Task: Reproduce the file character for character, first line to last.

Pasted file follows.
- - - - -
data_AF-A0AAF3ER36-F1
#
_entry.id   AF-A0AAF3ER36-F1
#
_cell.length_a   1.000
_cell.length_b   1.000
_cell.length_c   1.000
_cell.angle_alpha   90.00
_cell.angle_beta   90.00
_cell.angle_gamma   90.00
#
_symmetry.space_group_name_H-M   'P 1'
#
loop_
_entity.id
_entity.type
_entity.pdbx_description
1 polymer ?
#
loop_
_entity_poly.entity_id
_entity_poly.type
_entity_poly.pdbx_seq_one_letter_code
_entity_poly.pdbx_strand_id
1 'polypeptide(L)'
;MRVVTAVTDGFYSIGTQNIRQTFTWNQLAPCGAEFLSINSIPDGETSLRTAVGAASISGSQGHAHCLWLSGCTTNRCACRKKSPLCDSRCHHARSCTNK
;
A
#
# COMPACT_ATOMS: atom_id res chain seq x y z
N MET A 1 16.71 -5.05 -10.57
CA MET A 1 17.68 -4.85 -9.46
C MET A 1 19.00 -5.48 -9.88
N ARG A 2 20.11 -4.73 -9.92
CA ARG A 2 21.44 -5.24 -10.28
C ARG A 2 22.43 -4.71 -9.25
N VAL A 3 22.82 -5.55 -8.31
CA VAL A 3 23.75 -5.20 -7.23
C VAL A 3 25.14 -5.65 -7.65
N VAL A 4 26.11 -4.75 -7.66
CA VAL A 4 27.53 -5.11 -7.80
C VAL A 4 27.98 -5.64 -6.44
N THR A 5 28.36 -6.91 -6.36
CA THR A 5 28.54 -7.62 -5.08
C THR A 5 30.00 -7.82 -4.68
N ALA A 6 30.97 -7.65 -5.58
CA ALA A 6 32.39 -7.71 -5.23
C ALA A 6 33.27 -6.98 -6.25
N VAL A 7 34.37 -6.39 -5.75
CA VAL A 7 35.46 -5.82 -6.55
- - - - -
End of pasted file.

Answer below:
data_AF-A0AAF3ER36-F1
#
_entry.id   AF-A0AAF3ER36-F1
#
_cell.length_a   1.000
_cell.length_b   1.000
_cell.length_c   1.000
_cell.angle_alpha   90.00
_cell.angle_beta   90.00
_cell.angle_gamma   90.00
#
_symmetry.space_group_name_H-M   'P 1'
#
loop_
_entity.id
_entity.type
_entity.pdbx_description
1 polymer ?
#
loop_
_entity_poly.entity_id
_entity_poly.type
_entity_poly.pdbx_seq_one_letter_code
_entity_poly.pdbx_strand_id
1 'polypeptide(L)'
;MRVVTAVTDGFYSIGTQNIRQTFTWNQLAPCGAEFLSINSIPDGETSLRTAVGAASISGSQGHAHCLWLSGCTTNRCACRKKSPLCDSRCHHARSCTNK
;
A
#
# COMPACT_ATOMS: atom_id res chain seq x y z
N MET A 1 16.71 -5.05 -10.57
CA MET A 1 17.68 -4.85 -9.46
C MET A 1 19.00 -5.48 -9.88
N ARG A 2 20.11 -4.73 -9.92
CA ARG A 2 21.44 -5.24 -10.28
C ARG A 2 22.43 -4.71 -9.25
N VAL A 3 22.82 -5.55 -8.31
CA VAL A 3 23.75 -5.20 -7.23
C VAL A 3 25.14 -5.65 -7.65
N VAL A 4 26.11 -4.75 -7.66
CA VAL A 4 27.53 -5.11 -7.80
C VAL A 4 27.98 -5.64 -6.44
N THR A 5 28.36 -6.91 -6.36
CA THR A 5 28.54 -7.62 -5.08
C THR A 5 30.00 -7.82 -4.68
N ALA A 6 30.97 -7.65 -5.58
CA ALA A 6 32.39 -7.71 -5.23
C ALA A 6 33.27 -6.98 -6.25
N VAL A 7 34.37 -6.39 -5.75
CA VAL A 7 35.46 -5.82 -6.55